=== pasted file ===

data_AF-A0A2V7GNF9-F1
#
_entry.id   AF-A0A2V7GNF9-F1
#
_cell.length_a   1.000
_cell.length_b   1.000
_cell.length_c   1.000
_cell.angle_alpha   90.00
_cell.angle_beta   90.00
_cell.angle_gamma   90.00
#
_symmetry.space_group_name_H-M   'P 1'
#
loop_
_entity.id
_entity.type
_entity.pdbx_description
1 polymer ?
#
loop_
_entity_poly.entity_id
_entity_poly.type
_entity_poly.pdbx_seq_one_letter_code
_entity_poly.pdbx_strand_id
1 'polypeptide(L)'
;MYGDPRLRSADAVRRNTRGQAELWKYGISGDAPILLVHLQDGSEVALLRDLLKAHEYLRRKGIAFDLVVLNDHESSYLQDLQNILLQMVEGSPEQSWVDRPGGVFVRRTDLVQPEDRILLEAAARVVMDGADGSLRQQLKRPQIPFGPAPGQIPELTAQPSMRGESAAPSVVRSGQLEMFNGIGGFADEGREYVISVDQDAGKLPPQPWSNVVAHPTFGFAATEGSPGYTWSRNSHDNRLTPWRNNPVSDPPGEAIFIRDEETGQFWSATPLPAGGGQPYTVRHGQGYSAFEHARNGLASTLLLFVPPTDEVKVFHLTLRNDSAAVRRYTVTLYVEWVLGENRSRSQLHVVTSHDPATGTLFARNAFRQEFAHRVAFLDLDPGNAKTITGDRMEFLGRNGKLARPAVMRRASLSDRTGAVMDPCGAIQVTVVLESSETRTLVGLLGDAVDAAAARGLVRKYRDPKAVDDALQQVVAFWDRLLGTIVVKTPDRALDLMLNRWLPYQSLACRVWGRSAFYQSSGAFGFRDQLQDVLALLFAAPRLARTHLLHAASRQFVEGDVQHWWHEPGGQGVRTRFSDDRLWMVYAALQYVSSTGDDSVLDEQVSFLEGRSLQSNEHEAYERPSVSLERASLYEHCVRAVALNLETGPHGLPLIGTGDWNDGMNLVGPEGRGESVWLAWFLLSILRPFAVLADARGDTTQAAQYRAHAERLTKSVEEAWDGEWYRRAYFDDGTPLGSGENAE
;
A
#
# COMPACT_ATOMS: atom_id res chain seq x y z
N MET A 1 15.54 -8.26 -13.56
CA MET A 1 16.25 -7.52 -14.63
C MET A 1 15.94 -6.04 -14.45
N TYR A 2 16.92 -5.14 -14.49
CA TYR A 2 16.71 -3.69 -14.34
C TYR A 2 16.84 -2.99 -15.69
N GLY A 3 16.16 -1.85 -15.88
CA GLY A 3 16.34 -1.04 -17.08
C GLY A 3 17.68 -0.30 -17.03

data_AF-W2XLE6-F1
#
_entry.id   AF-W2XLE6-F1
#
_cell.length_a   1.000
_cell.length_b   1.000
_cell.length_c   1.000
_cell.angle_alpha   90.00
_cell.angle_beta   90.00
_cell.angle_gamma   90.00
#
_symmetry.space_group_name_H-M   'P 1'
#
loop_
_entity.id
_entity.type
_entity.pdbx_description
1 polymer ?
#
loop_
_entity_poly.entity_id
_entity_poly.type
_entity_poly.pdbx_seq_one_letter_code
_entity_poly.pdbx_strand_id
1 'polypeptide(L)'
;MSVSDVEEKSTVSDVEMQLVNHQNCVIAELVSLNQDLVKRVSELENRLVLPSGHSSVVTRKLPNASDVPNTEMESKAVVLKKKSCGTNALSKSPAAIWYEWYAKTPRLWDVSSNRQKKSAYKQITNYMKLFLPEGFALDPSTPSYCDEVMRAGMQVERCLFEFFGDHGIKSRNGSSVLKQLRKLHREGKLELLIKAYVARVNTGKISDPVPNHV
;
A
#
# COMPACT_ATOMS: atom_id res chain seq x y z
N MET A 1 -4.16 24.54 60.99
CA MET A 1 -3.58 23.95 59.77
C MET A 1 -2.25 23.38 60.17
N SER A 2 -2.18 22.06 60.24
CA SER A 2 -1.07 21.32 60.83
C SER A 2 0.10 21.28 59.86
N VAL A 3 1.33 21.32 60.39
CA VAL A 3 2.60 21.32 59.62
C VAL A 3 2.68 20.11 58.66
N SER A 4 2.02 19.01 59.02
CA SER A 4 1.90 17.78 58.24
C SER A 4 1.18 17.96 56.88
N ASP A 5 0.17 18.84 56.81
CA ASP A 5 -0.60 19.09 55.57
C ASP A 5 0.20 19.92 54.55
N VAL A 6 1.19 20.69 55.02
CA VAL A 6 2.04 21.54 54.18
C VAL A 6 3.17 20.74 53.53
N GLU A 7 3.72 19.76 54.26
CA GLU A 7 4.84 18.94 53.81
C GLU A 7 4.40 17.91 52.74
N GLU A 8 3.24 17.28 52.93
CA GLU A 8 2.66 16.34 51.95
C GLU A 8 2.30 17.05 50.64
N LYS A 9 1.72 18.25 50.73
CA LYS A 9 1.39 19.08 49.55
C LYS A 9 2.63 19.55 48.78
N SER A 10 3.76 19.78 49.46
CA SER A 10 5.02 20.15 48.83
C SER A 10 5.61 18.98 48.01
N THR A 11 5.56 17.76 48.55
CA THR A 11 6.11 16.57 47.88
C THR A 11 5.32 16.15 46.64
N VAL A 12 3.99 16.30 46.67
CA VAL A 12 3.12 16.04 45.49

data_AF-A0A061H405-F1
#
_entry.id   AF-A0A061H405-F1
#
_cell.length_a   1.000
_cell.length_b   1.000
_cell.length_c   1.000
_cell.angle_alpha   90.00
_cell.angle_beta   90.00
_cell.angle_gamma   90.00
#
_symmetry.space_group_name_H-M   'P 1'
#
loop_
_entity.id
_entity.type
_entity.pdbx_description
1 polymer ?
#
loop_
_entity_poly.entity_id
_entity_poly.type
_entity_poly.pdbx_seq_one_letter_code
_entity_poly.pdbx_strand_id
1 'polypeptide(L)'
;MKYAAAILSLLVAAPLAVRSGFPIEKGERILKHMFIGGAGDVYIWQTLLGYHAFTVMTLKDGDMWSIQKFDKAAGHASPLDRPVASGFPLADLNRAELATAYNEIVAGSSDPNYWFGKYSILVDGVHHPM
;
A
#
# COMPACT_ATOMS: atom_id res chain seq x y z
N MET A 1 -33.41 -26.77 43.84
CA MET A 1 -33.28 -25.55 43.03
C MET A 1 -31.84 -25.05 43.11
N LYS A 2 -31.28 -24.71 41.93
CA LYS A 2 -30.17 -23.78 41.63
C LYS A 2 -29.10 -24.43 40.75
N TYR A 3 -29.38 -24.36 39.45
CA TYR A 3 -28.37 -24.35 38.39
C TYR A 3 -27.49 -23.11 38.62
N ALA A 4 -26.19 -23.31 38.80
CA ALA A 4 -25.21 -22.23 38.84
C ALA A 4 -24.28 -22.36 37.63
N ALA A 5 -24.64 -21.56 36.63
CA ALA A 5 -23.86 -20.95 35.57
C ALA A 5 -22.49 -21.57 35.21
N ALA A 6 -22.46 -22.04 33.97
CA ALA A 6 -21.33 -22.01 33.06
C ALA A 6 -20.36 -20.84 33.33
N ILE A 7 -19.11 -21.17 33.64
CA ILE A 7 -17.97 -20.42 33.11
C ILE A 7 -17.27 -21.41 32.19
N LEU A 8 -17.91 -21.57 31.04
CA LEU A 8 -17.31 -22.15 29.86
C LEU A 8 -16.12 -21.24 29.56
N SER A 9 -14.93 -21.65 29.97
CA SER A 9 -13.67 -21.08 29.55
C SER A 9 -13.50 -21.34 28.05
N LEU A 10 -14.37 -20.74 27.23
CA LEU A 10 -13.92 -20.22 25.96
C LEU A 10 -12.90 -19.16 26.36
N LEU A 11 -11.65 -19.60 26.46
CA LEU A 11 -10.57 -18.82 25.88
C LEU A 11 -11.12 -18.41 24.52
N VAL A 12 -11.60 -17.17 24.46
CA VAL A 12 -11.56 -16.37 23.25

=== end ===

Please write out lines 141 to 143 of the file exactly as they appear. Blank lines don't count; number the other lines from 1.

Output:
N TYR A 3 -29.38 -24.36 39.45
CA TYR A 3 -28.37 -24.35 38.39
C TYR A 3 -27.49 -23.11 38.62